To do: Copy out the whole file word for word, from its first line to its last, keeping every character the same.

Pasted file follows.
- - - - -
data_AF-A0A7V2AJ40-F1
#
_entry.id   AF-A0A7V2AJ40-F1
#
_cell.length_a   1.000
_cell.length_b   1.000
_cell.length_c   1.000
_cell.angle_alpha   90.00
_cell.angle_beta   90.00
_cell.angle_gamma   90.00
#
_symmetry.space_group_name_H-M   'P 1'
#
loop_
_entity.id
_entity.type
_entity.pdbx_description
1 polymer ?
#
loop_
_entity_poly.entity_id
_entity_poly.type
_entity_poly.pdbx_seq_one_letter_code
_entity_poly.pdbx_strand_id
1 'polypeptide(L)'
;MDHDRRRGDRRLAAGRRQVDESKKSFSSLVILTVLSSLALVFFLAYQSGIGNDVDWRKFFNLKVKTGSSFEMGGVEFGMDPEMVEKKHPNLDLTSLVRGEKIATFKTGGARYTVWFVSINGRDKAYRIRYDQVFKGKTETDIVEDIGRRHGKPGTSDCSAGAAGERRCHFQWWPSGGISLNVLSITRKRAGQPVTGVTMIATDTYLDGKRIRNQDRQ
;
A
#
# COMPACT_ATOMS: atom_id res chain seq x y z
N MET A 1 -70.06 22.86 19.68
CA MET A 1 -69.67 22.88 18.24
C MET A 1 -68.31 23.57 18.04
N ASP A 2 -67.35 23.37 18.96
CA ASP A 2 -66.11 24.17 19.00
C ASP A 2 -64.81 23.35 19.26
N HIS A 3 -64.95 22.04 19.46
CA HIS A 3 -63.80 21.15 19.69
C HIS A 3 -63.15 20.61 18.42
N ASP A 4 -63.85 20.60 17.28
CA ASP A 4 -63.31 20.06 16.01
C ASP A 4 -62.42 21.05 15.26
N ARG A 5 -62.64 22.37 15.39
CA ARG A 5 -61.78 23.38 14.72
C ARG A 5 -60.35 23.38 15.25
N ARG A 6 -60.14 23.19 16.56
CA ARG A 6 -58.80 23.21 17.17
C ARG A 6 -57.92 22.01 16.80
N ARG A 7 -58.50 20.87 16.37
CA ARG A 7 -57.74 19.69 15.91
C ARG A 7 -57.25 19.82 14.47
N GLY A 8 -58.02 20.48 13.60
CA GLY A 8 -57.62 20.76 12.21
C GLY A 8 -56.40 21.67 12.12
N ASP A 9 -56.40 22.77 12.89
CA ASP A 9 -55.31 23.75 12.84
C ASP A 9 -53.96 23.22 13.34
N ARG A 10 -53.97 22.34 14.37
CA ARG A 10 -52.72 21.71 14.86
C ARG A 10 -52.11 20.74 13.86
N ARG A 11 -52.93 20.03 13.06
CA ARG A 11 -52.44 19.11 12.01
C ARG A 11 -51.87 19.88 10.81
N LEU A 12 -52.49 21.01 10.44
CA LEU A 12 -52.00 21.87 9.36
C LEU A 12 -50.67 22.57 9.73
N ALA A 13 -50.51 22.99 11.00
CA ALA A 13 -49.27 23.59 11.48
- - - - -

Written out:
data_AF-A0A7V2AJ40-F1
#
_entry.id   AF-A0A7V2AJ40-F1
#
_cell.length_a   1.000
_cell.length_b   1.000
_cell.length_c   1.000
_cell.angle_alpha   90.00
_cell.angle_beta   90.00
_cell.angle_gamma   90.00
#
_symmetry.space_group_name_H-M   'P 1'
#
loop_
_entity.id
_entity.type
_entity.pdbx_description
1 polymer ?
#
loop_
_entity_poly.entity_id
_entity_poly.type
_entity_poly.pdbx_seq_one_letter_code
_entity_poly.pdbx_strand_id
1 'polypeptide(L)'
;MDHDRRRGDRRLAAGRRQVDESKKSFSSLVILTVLSSLALVFFLAYQSGIGNDVDWRKFFNLKVKTGSSFEMGGVEFGMDPEMVEKKHPNLDLTSLVRGEKIATFKTGGARYTVWFVSINGRDKAYRIRYDQVFKGKTETDIVEDIGRRHGKPGTSDCSAGAAGERRCHFQWWPSGGISLNVLSITRKRAGQPVTGVTMIATDTYLDGKRIRNQDRQ
;
A
#
# COMPACT_ATOMS: atom_id res chain seq x y z
N MET A 1 -70.06 22.86 19.68
CA MET A 1 -69.67 22.88 18.24
C MET A 1 -68.31 23.57 18.04
N ASP A 2 -67.35 23.37 18.96
CA ASP A 2 -66.11 24.17 19.00
C ASP A 2 -64.81 23.35 19.26
N HIS A 3 -64.95 22.04 19.46
CA HIS A 3 -63.80 21.15 19.69
C HIS A 3 -63.15 20.61 18.42
N ASP A 4 -63.85 20.60 17.28
CA ASP A 4 -63.31 20.06 16.01
C ASP A 4 -62.42 21.05 15.26
N ARG A 5 -62.64 22.37 15.39
CA ARG A 5 -61.78 23.38 14.72
C ARG A 5 -60.35 23.38 15.25
N ARG A 6 -60.14 23.19 16.56
CA ARG A 6 -58.80 23.21 17.17
C ARG A 6 -57.92 22.01 16.80
N ARG A 7 -58.50 20.87 16.37
CA ARG A 7 -57.74 19.69 15.91
C ARG A 7 -57.25 19.82 14.47
N GLY A 8 -58.02 20.48 13.60
CA GLY A 8 -57.62 20.76 12.21
C GLY A 8 -56.40 21.67 12.12
N ASP A 9 -56.40 22.77 12.89
CA ASP A 9 -55.31 23.75 12.84
C ASP A 9 -53.96 23.22 13.34
N ARG A 10 -53.97 22.34 14.37
CA ARG A 10 -52.72 21.71 14.86
C ARG A 10 -52.11 20.74 13.86
N ARG A 11 -52.93 20.03 13.06
CA ARG A 11 -52.44 19.11 12.01
C ARG A 11 -51.87 19.88 10.81
N LEU A 12 -52.49 21.01 10.44
CA LEU A 12 -52.00 21.87 9.36
C LEU A 12 -50.67 22.57 9.73
N ALA A 13 -50.51 22.99 11.00
CA ALA A 13 -49.27 23.59 11.48